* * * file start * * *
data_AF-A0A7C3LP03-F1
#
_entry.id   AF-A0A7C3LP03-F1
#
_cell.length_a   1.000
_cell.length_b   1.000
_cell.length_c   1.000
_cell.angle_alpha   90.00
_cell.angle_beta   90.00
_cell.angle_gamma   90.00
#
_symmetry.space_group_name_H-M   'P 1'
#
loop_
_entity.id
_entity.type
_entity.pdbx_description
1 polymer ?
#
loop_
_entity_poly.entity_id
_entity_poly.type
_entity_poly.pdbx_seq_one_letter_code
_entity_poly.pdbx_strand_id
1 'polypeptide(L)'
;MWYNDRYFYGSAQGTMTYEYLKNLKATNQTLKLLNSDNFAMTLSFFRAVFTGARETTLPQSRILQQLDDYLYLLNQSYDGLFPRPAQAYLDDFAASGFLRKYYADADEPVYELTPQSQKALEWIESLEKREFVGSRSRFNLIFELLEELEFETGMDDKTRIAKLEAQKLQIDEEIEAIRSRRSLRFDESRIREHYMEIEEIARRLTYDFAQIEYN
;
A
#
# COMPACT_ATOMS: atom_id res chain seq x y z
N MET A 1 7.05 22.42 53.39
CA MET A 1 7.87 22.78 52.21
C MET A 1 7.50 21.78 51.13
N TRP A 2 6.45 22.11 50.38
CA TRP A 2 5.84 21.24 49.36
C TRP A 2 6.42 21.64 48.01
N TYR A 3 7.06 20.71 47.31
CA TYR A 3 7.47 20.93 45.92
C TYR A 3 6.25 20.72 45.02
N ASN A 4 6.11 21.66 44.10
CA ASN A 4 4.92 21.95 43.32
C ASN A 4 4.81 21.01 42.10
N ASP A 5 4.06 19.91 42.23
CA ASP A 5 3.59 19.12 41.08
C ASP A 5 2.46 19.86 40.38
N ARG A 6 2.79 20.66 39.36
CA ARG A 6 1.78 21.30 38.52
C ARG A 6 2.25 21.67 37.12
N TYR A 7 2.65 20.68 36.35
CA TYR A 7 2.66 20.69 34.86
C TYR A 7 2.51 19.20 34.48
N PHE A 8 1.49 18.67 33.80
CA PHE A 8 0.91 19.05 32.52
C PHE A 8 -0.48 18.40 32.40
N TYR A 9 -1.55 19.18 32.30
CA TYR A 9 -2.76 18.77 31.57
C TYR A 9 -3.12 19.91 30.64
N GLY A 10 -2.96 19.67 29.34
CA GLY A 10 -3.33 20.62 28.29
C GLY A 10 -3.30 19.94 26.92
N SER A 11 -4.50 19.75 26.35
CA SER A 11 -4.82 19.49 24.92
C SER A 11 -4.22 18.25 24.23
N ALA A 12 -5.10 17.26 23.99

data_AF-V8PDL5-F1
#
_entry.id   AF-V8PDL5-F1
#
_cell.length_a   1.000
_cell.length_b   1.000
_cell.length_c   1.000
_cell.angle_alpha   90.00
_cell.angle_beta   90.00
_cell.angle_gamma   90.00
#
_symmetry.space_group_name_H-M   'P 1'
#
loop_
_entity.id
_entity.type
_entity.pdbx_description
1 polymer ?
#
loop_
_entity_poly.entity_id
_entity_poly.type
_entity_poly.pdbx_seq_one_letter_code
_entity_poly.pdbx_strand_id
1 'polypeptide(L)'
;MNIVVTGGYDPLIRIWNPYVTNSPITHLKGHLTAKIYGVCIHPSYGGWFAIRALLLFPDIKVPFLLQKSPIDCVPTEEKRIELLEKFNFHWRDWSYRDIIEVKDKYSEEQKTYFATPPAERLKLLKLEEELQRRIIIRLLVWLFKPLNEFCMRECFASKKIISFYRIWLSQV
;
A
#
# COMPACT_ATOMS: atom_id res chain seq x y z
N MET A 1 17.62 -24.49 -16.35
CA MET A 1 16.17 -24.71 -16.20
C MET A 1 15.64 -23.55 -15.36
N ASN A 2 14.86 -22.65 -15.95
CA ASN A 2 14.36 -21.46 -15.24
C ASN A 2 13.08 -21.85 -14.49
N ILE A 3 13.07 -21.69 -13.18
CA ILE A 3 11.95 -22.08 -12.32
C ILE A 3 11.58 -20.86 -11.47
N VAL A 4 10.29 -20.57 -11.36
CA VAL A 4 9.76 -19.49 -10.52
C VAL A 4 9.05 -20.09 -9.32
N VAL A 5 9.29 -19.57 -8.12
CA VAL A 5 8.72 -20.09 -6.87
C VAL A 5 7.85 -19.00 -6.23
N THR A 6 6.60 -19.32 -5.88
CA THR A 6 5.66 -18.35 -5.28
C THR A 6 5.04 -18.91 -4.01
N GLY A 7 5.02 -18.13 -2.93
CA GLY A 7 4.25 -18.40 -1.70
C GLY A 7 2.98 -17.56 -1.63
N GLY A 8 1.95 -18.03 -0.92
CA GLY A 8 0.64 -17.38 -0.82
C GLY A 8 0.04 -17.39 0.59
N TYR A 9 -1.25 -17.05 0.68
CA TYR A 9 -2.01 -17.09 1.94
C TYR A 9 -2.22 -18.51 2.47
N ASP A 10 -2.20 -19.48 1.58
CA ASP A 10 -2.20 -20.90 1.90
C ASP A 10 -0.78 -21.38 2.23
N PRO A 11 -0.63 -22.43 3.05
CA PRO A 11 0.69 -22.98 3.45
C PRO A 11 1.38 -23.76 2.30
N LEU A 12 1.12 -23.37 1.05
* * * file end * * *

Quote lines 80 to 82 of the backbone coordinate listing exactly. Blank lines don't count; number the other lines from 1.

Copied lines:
_entity.type
_entity.pdbx_description
1 polymer ?